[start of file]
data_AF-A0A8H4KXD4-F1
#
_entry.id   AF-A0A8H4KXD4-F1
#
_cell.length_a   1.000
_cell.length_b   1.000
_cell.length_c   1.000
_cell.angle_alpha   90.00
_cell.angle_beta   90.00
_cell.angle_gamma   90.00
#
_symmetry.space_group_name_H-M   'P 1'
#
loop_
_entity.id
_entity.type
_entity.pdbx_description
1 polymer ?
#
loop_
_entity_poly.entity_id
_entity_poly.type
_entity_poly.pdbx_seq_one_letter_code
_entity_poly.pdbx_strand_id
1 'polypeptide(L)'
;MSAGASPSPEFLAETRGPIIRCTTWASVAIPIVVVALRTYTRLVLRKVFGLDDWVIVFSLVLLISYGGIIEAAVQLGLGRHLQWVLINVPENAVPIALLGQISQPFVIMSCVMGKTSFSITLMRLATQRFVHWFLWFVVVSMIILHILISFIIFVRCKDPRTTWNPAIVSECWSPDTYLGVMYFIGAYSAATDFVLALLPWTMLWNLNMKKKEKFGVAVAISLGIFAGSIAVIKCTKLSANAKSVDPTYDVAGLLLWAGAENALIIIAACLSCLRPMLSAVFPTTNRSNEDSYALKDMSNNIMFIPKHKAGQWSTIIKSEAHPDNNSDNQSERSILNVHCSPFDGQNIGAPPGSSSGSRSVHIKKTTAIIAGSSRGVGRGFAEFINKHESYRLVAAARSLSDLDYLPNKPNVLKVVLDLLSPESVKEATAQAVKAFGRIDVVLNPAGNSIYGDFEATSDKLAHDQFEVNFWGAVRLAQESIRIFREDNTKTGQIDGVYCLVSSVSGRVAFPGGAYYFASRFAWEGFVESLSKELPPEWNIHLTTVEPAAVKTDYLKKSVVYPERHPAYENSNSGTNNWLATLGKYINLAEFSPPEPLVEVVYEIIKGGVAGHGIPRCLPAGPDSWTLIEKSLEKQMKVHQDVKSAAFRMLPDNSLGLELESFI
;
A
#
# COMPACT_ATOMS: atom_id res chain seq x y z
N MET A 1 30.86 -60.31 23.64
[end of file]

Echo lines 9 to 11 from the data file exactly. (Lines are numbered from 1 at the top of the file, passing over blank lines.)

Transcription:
_cell.angle_beta   90.00
_cell.angle_gamma   90.00
#